Is it Time to Move On From Your Job?
IS IT TIME TO MOVE ON FROM YOUR JOB?
WORRIED THAT YOU’RE STUCK IN A JOB THAT IS NO LONGER RIGHT FOR YOU? LOOK OUT FOR THESE RED FLAGS.
I once stayed at a company for too long and didn’t realize it until after I left. Of course, there were red flags that I should have paid attention to, and allowing myself to grow complacent — instead of proactively looking for something new — meant that I stopped caring about the work I was doing and left feeling resentful and unfulfilled.
I was well-established on the team and had been in the position for almost two years when I asked to help out on a specific project to grow my skills. While I would have completely understood if my boss had said it wasn’t in the team’s best interest, she instead said that she would let me know, but never got back to me and skirted the subject when I reminded her.
Eventually, I was moved to a different project that had nothing to do with my career path. That’s when I realized it was time to leave. Unfortunately, I left on a negative note, feeling upset at the way things had gone. If I could do it over again, I would have recognized the signs sooner and made plans to move on when it became apparent that I had gone as far as I could in my role.
It’s easy to get stuck in a rut, though. Finding a new job is tough. You have to rework your resume, network with your connections, and spend your evenings pounding out cover letters and applications.
Wouldn’t we all rather be out grabbing drinks on a Friday night than stepping out of a comfortable spot and taking on new challenges? Doing so, however, only does a disservice to your career and to you.
Wouldn’t we all rather be out grabbing drinks than stepping out of a comfortable spot and taking on new challenges? Doing so, however, only does a disservice to your career and to you.
Take the time to assess your role and your career and a regular basis. Here are four indicators that may mean it’s time to move on:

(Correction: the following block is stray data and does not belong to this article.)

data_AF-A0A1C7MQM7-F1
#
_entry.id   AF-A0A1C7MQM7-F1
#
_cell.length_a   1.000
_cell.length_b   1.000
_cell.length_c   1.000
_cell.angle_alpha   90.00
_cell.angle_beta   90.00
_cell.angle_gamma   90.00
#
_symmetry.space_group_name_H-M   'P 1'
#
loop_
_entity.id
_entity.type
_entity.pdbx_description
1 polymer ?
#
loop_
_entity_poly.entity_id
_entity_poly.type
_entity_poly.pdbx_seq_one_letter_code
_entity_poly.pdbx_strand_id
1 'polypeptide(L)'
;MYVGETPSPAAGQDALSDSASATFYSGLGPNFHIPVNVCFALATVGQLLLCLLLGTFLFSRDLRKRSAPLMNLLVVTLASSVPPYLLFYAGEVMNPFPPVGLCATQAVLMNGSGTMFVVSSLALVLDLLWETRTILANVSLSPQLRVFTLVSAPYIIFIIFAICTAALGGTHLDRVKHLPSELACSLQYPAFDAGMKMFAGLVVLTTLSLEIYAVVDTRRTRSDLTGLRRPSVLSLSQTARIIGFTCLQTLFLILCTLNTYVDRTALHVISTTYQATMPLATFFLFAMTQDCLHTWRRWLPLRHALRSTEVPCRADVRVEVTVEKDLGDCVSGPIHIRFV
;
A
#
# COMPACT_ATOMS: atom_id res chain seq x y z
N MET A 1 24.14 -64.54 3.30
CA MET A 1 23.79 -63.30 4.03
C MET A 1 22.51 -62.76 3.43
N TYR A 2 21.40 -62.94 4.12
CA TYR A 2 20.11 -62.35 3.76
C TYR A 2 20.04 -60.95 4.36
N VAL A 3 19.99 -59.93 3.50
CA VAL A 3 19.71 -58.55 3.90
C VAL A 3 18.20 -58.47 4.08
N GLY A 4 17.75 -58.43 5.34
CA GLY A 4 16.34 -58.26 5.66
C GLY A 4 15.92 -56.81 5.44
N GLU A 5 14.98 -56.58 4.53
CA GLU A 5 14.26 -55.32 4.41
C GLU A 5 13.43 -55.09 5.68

1. You no longer have to think about your daily responsibilities and can do everything on autopilot.
If you have been in the position so long that that you no longer have to think about your daily tasks, you’re probably not getting anything out of the position any longer. It’s important to frequently assess where you are at and what you need to do to grow.
2. You’ve asked to work on new opportunities, but have been turned down.
Your expertise might not be right for a particular project, but if you’ve asked for more responsibility several times and it seems like your boss isn’t receptive to you moving outside of your “box,” it might be time to move on.
However, I would encourage you to have a frank conversation with your boss if this happens more than once, before you write off the position as going nowhere. Bosses are busy people and I can guarantee that your career development is probably not high on their list of priorities. Your boss may just need a reminder that you have been doing the same thing for awhile and would like to work on something new and grow your skills. It’s always helpful to ask where your boss envisions you going with the team and what you can do to get there. If the answers aren’t what you’re looking for, start updating your resume. Waiting around hoping that the environment will change isn’t good for you or your current company.
It’s always helpful to ask where your boss envisions you going with the team and what you can do to get there.
3. Your boss avoids talking about your future on the team.
If your performance evaluations have started sounding like a checklist of whether or not you’ve completed your regular tasks, with no indication of your growth or new opportunities, your boss may think you have gone as far as you can go in the role — or even at the company. If your boss has no vision for your growth within the company — and refuses to consider such opportunities even when you bring them up, it’s time to move on to a company where your growth is prioritized.
4. You’ve been moved to a different project that doesn’t fit in with your career goals or background.
When I was moved to a new team at my old company, I realized that this was my boss’ way of giving me something new to work on, without actually working to help me grow in my career.
Unfortunately, it didn’t fit in with my background, experience, or career goals. If the same happens to you, assess what you have to gain from the project. If it’s a temporary move to help out your team, aim to get whatever you can from it before you go back to your usual position. If it’s a permanent move that doesn’t make any sense for you, it might be time to start looking for a new project outside of your company.
While it’s tough to move out of your comfort zone, it’s always best to leave a job on a positive note. If you’re not happy in your position, your work may suffer and leave your office with a negative view. Constantly assessing where you’re at means you’ll be able to be proactive about your career growth and avoid getting stuck in a rut.
Photos: Haley Graham